Continuing our series of innovative and useful open source projects that you should know, we spoke this month with the creators of Bulma.
First released in early January 2016 under the MIT license by Jeremy Thomas, Bulma is a free and open source modern CSS framework based on the Flexbox layout model. It offers a simple grid system, responsive nav bars, and versatile media objects. Every element in Bulma is mobile-first and optimized for small screens, and can be easily customized using modifier classes and variables.
According to the creator Jeremy Thomas, “Initially, Bulma was supposed to be a kind of online Sass framework. The website would be a web app where you could input some variables and it would generate your CSS for you. The whole framework would be built around components called “capsules” (like Bulma Corp. capsules, hence the name) which you could preview in your browser just by typing some Sass code.”
Since Bulma’s initial release, not much has changed according to Thomas. “Bulma, as it is right now, is not that different,” he explains, noting that, “The idea of components is still present, which allows you to import only what you need!”
While Thomas was creating Bulma he didn’t initially think of it as a tool for the community. ”As I was building this early version of Bulma, I realized I was actually creating a set of styles that I would re-use myself for my own personal and professional projects,” he says, adding that “These styles were the combination of all the knowledge I had acquired over 10 years of frontend development, delivered in an easy-to-use personal framework. I felt this framework could be useful for others.”
Before launching Bluma to the open source community, major changes were needed to complete the project.“Before making it open source, I felt it needed something more,” Thomas recalls. “At the time, I was starting to use Flexbox quite extensively. It was a major milestone in CSS at the time. That’s how I came up with a simple columns system based on Flexbox. I continued converting most of my framework to Flexbox and thus Bulma 0.0.1 was born.”
Like other creators of open source projects, when he was coming up with the idea of a project Thomas says that it was obvious that he would take Bulma open source. “I’ve created quite a few open source projects,” he says, noting that, “Actually, whenever I start a project, by default it’s an open source one. What I love about is that as soon as you make a project open source, it’s not your own project anymore. It’s everyone’s project.”
With every open source project, there is always challenges. According to Thomas, stability is a challenge that every open source project experiences. “The main challenge for an open source project is to remain alive,” he notes somewhat jokingly but with a heavy grain of truth. “Some fantastic projects have died over the years because the maintainer could not keep working on it. Even with a huge user base, if nobody is willing to carry on, a project can be left in an unmaintained state. That’s where open source can thrive: somebody can pick up an open source project and revive it! That’s the beauty of sharing your project with the community: it becomes a team effort.”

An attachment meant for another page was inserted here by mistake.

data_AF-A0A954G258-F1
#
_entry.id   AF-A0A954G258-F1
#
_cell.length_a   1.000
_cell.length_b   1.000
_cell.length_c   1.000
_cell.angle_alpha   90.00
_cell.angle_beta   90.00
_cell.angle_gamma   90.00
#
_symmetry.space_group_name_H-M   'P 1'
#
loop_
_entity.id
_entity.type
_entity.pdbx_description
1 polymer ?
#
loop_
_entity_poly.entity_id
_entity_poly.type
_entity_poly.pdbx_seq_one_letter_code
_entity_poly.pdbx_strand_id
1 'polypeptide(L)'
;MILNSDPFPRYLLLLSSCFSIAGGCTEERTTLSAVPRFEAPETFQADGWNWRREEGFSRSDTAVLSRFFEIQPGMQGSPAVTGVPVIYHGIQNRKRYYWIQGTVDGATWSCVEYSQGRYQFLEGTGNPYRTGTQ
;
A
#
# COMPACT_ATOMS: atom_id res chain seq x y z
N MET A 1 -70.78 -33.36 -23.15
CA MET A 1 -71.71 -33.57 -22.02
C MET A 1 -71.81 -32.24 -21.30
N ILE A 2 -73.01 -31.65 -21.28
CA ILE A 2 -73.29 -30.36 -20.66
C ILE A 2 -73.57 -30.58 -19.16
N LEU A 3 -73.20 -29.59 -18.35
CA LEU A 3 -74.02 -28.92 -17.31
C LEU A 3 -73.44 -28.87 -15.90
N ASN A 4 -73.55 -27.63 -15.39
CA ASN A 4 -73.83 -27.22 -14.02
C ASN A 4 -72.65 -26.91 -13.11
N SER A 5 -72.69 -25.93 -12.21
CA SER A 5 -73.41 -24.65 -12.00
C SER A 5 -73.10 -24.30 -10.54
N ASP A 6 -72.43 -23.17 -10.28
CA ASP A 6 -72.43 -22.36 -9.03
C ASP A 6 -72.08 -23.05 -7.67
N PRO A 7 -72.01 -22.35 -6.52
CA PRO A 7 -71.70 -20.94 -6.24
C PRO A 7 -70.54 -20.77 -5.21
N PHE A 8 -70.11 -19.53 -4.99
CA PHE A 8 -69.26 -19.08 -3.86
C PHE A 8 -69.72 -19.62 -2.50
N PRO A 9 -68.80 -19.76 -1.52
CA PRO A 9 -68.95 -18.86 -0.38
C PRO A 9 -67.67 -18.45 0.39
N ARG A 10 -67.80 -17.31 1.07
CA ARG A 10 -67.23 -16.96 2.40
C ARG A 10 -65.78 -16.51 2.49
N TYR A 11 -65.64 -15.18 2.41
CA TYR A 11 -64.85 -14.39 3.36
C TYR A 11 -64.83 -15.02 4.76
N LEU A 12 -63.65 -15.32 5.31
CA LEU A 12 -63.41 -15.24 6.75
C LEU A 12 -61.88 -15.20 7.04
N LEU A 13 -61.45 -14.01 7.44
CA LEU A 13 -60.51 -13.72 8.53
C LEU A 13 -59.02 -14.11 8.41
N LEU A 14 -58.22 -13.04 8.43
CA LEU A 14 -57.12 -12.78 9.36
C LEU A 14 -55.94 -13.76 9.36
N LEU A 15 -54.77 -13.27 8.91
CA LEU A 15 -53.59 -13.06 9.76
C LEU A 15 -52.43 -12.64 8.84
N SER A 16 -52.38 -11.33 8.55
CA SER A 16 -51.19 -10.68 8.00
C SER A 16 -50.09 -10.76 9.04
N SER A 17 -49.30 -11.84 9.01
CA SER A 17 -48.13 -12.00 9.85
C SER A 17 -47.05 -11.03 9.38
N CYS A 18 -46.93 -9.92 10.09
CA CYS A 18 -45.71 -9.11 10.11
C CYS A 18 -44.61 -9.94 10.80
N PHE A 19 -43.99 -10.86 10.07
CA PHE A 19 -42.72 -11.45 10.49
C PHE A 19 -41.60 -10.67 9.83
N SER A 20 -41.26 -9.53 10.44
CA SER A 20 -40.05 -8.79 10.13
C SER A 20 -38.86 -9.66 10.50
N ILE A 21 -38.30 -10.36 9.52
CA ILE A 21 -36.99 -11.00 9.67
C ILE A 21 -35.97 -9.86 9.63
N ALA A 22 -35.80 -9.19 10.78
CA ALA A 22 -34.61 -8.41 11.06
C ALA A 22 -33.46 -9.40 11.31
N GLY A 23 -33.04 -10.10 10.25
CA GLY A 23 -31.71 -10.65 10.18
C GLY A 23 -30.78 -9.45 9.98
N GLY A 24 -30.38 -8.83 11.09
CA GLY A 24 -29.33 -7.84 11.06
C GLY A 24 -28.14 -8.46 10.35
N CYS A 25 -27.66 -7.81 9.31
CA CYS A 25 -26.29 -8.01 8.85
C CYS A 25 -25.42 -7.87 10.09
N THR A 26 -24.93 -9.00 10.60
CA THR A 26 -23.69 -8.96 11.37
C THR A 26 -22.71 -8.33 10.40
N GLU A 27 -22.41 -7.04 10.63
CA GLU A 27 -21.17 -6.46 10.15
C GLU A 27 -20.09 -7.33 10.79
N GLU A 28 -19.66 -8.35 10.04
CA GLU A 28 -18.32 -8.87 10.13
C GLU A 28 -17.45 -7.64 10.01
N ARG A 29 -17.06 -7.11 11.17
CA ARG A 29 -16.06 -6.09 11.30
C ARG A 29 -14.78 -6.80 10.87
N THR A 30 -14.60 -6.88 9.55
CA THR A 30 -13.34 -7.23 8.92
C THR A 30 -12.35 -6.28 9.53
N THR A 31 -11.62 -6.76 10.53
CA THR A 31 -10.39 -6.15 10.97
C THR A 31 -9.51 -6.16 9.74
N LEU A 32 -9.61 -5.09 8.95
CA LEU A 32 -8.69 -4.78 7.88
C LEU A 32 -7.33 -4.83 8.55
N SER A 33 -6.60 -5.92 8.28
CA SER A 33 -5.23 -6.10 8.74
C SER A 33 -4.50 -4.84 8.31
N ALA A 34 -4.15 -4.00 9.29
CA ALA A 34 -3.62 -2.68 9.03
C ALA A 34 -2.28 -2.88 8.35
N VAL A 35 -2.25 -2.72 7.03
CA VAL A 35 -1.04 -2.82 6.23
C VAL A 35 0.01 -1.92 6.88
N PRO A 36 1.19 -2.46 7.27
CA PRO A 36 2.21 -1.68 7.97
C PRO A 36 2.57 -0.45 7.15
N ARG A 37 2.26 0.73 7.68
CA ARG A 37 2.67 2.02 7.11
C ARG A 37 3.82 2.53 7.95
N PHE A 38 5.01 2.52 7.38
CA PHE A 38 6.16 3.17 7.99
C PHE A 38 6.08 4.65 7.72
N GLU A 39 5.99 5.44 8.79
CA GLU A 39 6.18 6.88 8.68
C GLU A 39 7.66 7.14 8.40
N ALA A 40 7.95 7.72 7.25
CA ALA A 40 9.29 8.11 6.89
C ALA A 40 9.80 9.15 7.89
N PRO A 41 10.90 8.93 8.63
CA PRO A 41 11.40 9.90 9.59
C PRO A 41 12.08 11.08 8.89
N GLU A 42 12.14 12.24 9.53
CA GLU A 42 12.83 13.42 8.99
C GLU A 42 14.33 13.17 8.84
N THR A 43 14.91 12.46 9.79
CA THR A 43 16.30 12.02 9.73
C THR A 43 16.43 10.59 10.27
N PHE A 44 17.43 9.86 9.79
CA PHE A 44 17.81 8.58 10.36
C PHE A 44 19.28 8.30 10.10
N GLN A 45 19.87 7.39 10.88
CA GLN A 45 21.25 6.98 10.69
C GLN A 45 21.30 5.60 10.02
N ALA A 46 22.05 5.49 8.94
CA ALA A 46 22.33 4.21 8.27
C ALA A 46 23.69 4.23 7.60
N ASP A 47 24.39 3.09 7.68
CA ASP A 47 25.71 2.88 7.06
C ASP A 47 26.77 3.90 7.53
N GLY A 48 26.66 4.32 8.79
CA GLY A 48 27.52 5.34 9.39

Without a doubt, many open source projects reach out to the open source community to help get their project off the ground. So what can we learn about how Bulma chose to work with the open source community?
“While I’m the sole maintainer of Bulma, I’ve had tons of help from the open source community: bug fixes, new features, code enhancements, documentation tweaks,” explains Thomas, adding that “There’s constant work being done in the background to make Bulma even better! It really has become a community effort. I consider the documentation to be just as important as the framework itself, so I’m glad to see both parts being improved by various users around the world! I’ve seen quite a few first-time contributors. It shows how easy it is for anyone to join and be part of the Bulma community.”
When asked why Thomas loves working with open source, he responded by saying that, “I just like the idea that a small personal project can turn into a great piece of software that thousands (in Bulma’s case: hundreds of thousands!) of people can use and contribute to it. It’s like planting a seed and seeing random people come together to turn it into a beautiful tree. There’s a start for every open source project, but there’s rarely an end because there will always be someone to continue contributing and carry the torch. That’s why I like open source: it’s not just code. It’s about the people behind the code.”
To learn more about the Bulma project, please visit their GitHub page and try it out for yourself.
As a creator of open source projects, Thomas has a deep appreciation for the work of others. When asked what his favorite open source project is other than his own, he says that “There are loads! Since Bulma is hosted on GitHub, Jekyll has become my favorite framework to build static websites. Its syntax is fairly straightforward, but it still has lots of hidden power! Because I want to constantly improve the Bulma documentation, I keep searching through the Jekyll docs to see if I can make the Bulma website easier to maintain and grow.
The first coding language that Thomas tells us that he learned was PHP and his first computer was a PC with Windows Millenium in 2000. “I was one of the few to actually use Millenium,” he jokes, explaining that, “I quickly switched to Windows XP as soon as it was available though.”